For more than sixty-five years on the air, From Our Own Correspondent has been one of BBC Radio’s flagship programmes. It has taken listeners to parts of the world where they have never gone, and perhaps never would: war zones, refugee camps, elite universities, space stations, spy academies and lions’ dens of all sorts. Its dispatches introduce audiences to people they might never expect to meet – kingpins, revolutionaries, assassins and outcasts. It has always relied on the power of personal testimony, with its contributors not merely reporting the news, but sharing what they found out along the way, and how it felt. Its correspondents often relate the unexpected: the day they visited the town that is crazy about trout fishing, attended a forty-course Chinese banquet, experienced zero gravity on a flight with Russian cosmonauts, went mud wrestling in Turkey or ballroom dancing in Cameroon.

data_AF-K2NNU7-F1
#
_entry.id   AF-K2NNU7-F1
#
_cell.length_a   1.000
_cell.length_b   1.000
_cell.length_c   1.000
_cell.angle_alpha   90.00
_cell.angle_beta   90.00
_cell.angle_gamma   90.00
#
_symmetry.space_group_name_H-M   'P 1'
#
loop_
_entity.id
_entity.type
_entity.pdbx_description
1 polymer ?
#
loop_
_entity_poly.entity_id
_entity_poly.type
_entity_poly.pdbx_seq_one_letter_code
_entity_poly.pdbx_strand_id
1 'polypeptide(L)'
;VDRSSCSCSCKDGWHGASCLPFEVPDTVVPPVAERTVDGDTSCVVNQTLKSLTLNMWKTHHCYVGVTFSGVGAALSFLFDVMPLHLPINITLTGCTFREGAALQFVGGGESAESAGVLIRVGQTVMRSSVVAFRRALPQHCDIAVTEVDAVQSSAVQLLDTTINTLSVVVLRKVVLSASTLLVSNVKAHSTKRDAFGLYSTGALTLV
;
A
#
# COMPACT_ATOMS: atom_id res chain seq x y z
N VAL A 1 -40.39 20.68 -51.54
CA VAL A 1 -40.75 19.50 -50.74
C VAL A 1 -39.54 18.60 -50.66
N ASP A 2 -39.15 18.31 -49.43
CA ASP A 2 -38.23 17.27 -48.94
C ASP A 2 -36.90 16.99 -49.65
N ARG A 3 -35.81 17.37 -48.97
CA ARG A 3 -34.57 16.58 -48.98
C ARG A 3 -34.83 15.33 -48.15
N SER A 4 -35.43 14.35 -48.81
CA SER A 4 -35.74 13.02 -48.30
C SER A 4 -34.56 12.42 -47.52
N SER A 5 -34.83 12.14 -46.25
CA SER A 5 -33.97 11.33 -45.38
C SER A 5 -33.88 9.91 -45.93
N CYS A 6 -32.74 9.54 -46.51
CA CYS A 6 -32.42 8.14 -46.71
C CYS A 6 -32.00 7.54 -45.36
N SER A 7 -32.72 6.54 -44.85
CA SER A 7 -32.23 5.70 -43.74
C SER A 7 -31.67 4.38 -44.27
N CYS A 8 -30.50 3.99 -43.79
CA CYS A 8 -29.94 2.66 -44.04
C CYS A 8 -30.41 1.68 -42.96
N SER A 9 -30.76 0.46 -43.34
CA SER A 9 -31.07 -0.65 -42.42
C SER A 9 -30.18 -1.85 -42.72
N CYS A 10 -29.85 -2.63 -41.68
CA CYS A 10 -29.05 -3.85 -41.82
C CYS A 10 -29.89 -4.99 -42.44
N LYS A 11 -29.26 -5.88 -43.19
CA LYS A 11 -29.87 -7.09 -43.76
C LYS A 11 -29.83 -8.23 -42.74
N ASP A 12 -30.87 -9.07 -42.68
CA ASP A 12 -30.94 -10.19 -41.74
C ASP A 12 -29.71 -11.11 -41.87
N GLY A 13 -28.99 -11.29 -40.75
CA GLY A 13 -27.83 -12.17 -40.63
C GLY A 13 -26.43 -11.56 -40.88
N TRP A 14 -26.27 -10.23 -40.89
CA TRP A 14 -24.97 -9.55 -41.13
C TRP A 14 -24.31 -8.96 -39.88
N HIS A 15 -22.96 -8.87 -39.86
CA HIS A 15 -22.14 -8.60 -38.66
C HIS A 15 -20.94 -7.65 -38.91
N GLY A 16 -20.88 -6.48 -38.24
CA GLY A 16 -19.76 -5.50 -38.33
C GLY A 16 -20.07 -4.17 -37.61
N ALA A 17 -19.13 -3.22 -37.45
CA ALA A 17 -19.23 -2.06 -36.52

Themed by continent and region, From Our Own Correspondent brings together the most compelling stories of the past ten years. It is a perfect primer for the understanding of the modern world.

Reviews

A flagship BBC radio programme for 65 years, From Our Own Correspondent has always sought to bring listeners the stories behind the headlines and unexpected tales that don't make the news. Here, editor Polly Hope compiles engrossing dispatches from the past decade, spanning every continent. These powerful, personal testimonies from the BBC's foreign correspondents transport the reader from the World Cup to the Arab Spring via refugee camps and the Vatican, and meditate on issues ranging from Brexit to climate change.
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